Falling victim to angle shot in poker is no fun

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In Part I, we defined Angle Shooting and gave some examples. Today, let’s discuss two occasions when I may have experienced Angle Shooting. There may have been others, of which I am not aware.

I have little doubt the first occasion was a typical case. The second occasion is rather controversial. Was it an Angle Shoot, outright cheating, or perfectly legitimate?

My first experience came years ago when I still played 7-card stud, in a low-limit game at the Hollywood Park Casino in Inglewood, Calif. I connected with two middle-pair on the flop, a fairly decent hand.

After the last card was dealt, my opponent, a middle-aged woman who was a loose-aggressive player, open bet from an early position. I called. She looked at me with a forced smile, and then declared, “I have a straight.”

As I picked up my cards, preparing to muck them, the dealer glared at her; and, in a loud, clear — and angry — tone of voice, ordered her, “Turn up your hand!” She hesitated, and then turned up four-to-a-straight. She had been drawing to a straight but failed to connect. She seemed embarrassed — or pretended to be, “I am so sorry. I made a mistake.”

A player seated to my right, turned to me, and, in a low voice, told me: “She has done that before.” I assume she was trying to Angle Shoot me out of play. In my mind, without doubt, after announcing her “straight,” she was waiting for me to fold. Then, she would not need to show her hand.

Later, I realized it was a typical case of Angle Shooting. I tipped the dealer well; I was thankful for his protection. And it was a good-sized pot.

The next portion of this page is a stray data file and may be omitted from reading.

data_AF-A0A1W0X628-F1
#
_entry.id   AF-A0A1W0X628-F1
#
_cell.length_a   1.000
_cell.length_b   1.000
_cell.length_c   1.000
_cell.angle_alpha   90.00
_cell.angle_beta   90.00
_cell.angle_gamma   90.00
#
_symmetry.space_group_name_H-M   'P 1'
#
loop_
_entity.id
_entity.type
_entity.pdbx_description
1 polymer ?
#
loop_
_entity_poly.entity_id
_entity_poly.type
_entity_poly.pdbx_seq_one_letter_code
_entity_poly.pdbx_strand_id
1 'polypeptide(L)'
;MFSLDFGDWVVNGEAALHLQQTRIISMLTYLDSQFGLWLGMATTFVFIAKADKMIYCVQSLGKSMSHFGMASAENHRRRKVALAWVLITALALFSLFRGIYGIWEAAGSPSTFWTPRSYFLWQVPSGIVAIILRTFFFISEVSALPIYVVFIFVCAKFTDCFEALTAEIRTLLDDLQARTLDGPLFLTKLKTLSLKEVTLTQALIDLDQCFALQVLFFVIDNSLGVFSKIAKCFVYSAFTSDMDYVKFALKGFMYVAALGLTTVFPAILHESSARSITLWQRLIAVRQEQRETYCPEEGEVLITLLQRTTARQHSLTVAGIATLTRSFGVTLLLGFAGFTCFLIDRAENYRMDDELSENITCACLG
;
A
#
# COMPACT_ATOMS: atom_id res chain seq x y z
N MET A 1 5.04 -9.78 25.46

My second experience took place several years later. ­After moving to low-limit Texas hold’em, I was playing at the ­Normandie Casino in Gardena, Calif. I was dealt King-Queen in the hole and called to see the flop. A King fell on the flop, giving me top pair, with an otherwise weak board.

A loose-aggressive player in the Big Blind opened the betting. I raised from my middle position. Several opponents called my 2-bet, including the two players to my immediate left.

I had never before played against them. They both seemed to know each other. And they played most hands, so I figured that they were both loose players. Otherwise, I knew very little about them.

The turn was a blank — three small/medium unconnected, unsuited cards. I was sure my pair of Kings was well in the lead.

The Big Blind checked. As I picked up my chips to bet, the player to my immediate left shouted, “check!” Then, immediately after, without pause, the next player also shouted, “check!” Bang, bang! With the chips in my hand, poised to bet, I continued to complete my bet. 

At that point, the player to my immediate left, protested aloud, “there were two checks before he bet,” referring to me. The dealer promptly picked up my bet and returned it to my stacks, explaining, “Too late, there were two checks after you before you bet.” So, my opponents got a free card to see the river. Otherwise, I suspect, they would have folded to my bet on the turn.

The river was a three. This time, I quickly bet out when it was my turn to declare. But now, the player to my left raised it up. I was the only one to call. He turned up pocket threes.

Angle Shooting, or just outright cheating? I wasn’t sure. Was the dealer a party to it? Collusion? I complained to the poker room manager — to no avail. But, I did notice a few weeks later that dealer was no longer working at the casino.

About the Author

George Epstein

A retired engineer, George Epstein is the author of “The Greatest Book of Poker for Winners!” and “Hold’em or Fold’em? – An Algorithm for Making the Key Decision.” He teaches poker courses and conducts a unique Poker Lab at the Claude Pepper Senior Center under the auspices of the City of Los Angeles Dept. of Recreation and Parks and at West Los Angeles College.

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